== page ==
BSU Scholar Strike Draws Large Turnout

By Rohail Spear||Contributing Writer & Ellyn Fritz||News Editor

Photos Courtesy of Elena Robustelli

Organized by The Black Student Union and supported by the office of the VP for Diversity, Equity, and Inclusion, the first Black Lives Matter protest of the semester occurred on Wednesday, September 2nd. The march began outside of the Black Cultural Center, continued through campus, and culminated in a rally on Hartman Green. The march was in coordination with an event called Scholar Strike, two days dedicated to action “inspired by the NBA, WNBA, Colin Kaepernick, and other athletes, to underscore the urgent importance of addressing racism and injustice in the United States.” Conceived with a tweet, Scholar Strike was designed for college and university campuses to participate in actions designed to call awareness to the current racial climate in America marked by rash police shootings and racialized violence. 

Reflecting on BSU’s (Black Student Union) Scholar Strike on Wednesday, President Barbara Altmann said, “It was important for F&M to participate in Scholar Strike to promote racial justice. I am proud of our BSU students and our community for organizing a powerful Black Lives Matter March successfully on the second Scholar Strike day, and I was proud to be part of it.”

Franklin & Marshall’s administration was impressed with the student bodies’ participation on Wednesday and upon leaving the march, two students, Lauren Arnold and Bri Thomas, similarly came away with hope for the future. 

In terms of attendance, both students were inspired. “There was this turnout that was unexpected,” Lauren told us. “Way more people came than we thought.”

Bri noted that Black Lives Matter protests in earlier years were mostly comprised of black students with very few white students, and she was pleasantly surprised to find this was not the case this year: “I really liked to see how far F&M has come.” Lauren also noticed that while “there were a lot of black students, there were also a lot of white students.”

Rachel St Louis, Co-President of the Black Student Union, commented that she was “pleasantly surprised with the turnout for the Black Lives Matter March,” as initially, she had “anticipated around 100 people but was shocked by the sheer number of people who not only showed up but spoke out against the injustices facing the Black community, too.” She continued, “In the middle of a pandemic, people came together to voice their frustrations about police brutality and support our organization.” St Louis then shared her hope that “all those in attendance continue to show up and speak out. Protest. Donate. Act.”

This was the first protest either Lauren or Bri had attended, but both felt that it was important for them to go. Lauren reflected, “sometimes we’re naïve to what’s going on in the world,” and she, like many others, lacked understanding of the extent to the resurgence of blatant racism in modern American society. 

The Black Lives Matter march echoed through campus on Wednesday as marchers united chanting “No justice, no peace, no racist police” and “These racist cops have to go. Hey hey. Ho Ho.” Bri commented on the unity with which these words were spoken and the sense of community she felt at the march.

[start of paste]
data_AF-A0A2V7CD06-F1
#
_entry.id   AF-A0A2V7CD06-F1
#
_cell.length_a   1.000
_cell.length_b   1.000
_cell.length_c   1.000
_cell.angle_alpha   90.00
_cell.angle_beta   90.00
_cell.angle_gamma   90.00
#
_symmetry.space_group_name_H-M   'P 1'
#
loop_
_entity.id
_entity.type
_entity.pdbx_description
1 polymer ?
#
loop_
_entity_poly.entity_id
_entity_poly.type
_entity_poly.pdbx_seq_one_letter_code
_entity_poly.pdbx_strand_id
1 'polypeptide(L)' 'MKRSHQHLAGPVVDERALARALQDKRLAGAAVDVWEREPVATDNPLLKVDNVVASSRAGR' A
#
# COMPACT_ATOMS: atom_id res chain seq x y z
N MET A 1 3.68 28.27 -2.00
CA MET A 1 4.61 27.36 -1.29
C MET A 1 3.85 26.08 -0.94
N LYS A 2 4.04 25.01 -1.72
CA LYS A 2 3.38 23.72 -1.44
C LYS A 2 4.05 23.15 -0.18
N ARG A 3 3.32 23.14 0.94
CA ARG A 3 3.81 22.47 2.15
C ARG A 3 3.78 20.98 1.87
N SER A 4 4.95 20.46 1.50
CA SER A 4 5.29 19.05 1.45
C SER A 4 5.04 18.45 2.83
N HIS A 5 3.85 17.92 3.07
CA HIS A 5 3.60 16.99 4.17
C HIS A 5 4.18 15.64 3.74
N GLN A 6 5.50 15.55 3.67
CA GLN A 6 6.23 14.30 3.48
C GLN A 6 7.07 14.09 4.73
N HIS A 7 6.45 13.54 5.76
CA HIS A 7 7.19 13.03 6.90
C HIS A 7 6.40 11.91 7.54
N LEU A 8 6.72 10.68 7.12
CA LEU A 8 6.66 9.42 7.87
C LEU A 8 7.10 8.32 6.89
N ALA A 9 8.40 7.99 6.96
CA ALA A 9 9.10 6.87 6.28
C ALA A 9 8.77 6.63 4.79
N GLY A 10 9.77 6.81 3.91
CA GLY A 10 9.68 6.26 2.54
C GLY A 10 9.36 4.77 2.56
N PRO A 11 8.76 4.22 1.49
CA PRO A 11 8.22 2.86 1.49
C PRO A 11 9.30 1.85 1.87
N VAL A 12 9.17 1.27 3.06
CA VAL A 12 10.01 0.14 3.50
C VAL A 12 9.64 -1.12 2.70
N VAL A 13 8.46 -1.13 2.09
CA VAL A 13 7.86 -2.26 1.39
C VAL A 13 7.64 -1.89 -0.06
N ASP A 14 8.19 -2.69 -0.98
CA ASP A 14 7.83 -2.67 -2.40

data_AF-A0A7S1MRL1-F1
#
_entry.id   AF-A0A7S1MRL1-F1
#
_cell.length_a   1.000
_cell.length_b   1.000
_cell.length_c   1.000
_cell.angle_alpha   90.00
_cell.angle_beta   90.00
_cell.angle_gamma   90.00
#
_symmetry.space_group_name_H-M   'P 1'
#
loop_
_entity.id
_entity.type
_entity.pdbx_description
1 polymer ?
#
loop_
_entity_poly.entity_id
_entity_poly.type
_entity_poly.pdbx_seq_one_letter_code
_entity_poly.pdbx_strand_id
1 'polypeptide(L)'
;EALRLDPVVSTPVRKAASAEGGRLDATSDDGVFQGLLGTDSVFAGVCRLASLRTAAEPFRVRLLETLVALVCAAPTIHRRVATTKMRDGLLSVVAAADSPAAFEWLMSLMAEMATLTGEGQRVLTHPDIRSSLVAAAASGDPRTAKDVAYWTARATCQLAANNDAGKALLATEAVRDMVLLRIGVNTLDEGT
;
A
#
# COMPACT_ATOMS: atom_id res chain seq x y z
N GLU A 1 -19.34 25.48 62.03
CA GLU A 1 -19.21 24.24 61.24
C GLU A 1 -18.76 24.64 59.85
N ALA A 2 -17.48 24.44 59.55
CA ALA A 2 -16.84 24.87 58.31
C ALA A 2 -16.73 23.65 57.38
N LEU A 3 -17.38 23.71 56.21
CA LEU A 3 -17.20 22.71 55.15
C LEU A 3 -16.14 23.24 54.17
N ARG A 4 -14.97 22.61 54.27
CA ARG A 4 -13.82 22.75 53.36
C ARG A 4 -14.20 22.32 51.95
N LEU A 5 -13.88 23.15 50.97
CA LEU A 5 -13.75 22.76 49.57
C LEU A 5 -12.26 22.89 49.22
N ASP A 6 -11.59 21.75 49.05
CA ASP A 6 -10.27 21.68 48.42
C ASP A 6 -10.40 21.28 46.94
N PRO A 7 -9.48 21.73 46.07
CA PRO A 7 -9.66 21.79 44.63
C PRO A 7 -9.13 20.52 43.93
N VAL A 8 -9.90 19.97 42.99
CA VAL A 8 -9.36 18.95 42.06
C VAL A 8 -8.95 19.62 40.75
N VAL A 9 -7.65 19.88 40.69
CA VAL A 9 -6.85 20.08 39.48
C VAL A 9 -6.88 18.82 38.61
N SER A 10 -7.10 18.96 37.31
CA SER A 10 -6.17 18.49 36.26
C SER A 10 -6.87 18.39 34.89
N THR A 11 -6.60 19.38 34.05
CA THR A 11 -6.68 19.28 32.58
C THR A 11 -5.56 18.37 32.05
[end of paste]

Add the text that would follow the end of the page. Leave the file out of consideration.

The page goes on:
Most of the speakers were black and shared personal experiences; however, once the floor opened up to the student body to participate, Mackenzie Blackwell ’21 took the stage to encourage F&M’s student body to vote in this year’s upcoming presidential election and brought attention to F&M Votes.

“There was a lot of passion in their voices,” Bri noticed, and they “made several points about the fact that it [solving racism in America] is not over.”

The words of one speaker in particular stuck in both students’ minds. A black senior talked about the day he passed his driver’s test. He said that that night, his mom sat him down and told him what to say if he was pulled over by a police officer. Since then, he said he’s been pulled over eleven times. “Those are the sorts of things that we don’t really have to think about,” Lauren said. Indeed, there were several discussions of white privilege on Wednesday at the march.

Other speakers recounted the discrimination they face on a daily basis. One first-year said that while she has found her place at F&M, she’s also noticed that when people pass her on campus, they don’t say hello. Another student spoke about how difficult it was to get appointments during office hours and how she felt as if members of her department didn’t listen to her. Lauren concluded that everyone felt “this march is a step in the right direction but… this is nowhere close to where we need to be.”

In terms of the safety precautions taken to hold this march during a pandemic, organizers enforced social distancing and required the wearing of masks on both the march and during the gathering on Hartman. At the beginning of the march, the organizers sorted students into their houses and told them to stay six feet apart and social distance. Even with a group of several students walking together, though, it was somewhat unfeasible.

However, all students were wearing masks while marching and chanting. On Hartman Green, organizers placed cones six feet apart on the grass, enabling the students to suitably social distance by marking off spaces to stand. Organizers also distributed hand sanitizer to the marchers.

First Year Rohail Spear is a Contributing Writer. His email is rspear@fandm.edu.

Junior Ellyn Fritz is the News Editor. Her email is efritz@fandm.edu.

All photos used in this article are courtesy of Elena Robustelli.

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